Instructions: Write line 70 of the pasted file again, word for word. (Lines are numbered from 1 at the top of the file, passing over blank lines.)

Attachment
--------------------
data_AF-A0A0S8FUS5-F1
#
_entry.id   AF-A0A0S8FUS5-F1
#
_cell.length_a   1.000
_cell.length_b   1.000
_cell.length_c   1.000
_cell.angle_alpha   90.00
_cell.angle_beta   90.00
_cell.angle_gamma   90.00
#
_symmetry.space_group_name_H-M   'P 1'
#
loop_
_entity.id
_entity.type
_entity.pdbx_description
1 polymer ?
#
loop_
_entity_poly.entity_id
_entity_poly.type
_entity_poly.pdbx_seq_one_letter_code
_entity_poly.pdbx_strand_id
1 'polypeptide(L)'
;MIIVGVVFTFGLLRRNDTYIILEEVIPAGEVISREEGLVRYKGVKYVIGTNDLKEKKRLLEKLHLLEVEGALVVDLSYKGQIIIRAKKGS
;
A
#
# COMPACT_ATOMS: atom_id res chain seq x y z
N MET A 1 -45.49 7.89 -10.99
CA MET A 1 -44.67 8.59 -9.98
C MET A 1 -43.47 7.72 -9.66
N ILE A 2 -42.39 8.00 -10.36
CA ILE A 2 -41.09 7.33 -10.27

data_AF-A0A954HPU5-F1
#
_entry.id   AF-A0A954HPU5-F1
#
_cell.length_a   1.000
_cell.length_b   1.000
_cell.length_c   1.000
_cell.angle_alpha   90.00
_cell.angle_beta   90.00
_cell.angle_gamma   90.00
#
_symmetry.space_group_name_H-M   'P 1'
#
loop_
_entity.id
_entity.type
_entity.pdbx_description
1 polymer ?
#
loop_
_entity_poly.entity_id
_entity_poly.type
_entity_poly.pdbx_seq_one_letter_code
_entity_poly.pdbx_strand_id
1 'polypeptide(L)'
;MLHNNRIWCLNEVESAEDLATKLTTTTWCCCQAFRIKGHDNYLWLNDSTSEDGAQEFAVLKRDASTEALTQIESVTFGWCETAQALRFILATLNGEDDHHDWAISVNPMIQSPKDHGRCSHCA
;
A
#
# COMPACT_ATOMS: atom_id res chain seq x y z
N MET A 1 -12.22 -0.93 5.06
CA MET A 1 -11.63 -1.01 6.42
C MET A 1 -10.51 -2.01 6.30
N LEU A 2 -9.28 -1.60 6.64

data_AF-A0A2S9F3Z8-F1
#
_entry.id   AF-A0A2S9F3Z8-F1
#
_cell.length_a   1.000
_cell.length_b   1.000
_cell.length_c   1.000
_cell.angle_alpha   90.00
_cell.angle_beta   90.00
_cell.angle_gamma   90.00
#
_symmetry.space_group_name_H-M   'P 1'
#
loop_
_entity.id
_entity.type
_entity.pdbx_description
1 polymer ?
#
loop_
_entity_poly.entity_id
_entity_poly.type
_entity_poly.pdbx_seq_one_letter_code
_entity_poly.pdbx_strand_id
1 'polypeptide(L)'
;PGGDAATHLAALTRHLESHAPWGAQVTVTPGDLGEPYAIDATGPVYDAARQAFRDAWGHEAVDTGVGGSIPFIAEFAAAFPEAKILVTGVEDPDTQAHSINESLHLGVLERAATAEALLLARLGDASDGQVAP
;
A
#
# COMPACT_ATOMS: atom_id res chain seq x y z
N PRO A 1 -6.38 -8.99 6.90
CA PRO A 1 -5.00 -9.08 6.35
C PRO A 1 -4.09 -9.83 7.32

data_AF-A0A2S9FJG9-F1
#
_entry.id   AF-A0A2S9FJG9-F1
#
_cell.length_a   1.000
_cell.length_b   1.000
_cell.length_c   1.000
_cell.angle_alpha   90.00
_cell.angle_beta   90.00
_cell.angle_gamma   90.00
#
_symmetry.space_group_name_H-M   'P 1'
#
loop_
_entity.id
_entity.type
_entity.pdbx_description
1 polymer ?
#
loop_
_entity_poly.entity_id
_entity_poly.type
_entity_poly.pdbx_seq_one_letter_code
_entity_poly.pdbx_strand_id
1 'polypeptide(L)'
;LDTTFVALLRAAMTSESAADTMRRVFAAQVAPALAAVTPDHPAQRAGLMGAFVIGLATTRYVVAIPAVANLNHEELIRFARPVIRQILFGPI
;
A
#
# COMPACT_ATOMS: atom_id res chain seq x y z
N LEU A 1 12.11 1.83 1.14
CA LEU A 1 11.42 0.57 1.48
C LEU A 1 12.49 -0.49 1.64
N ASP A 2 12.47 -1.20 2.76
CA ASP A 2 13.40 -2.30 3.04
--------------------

data_AF-A0A2S9F3Z8-F1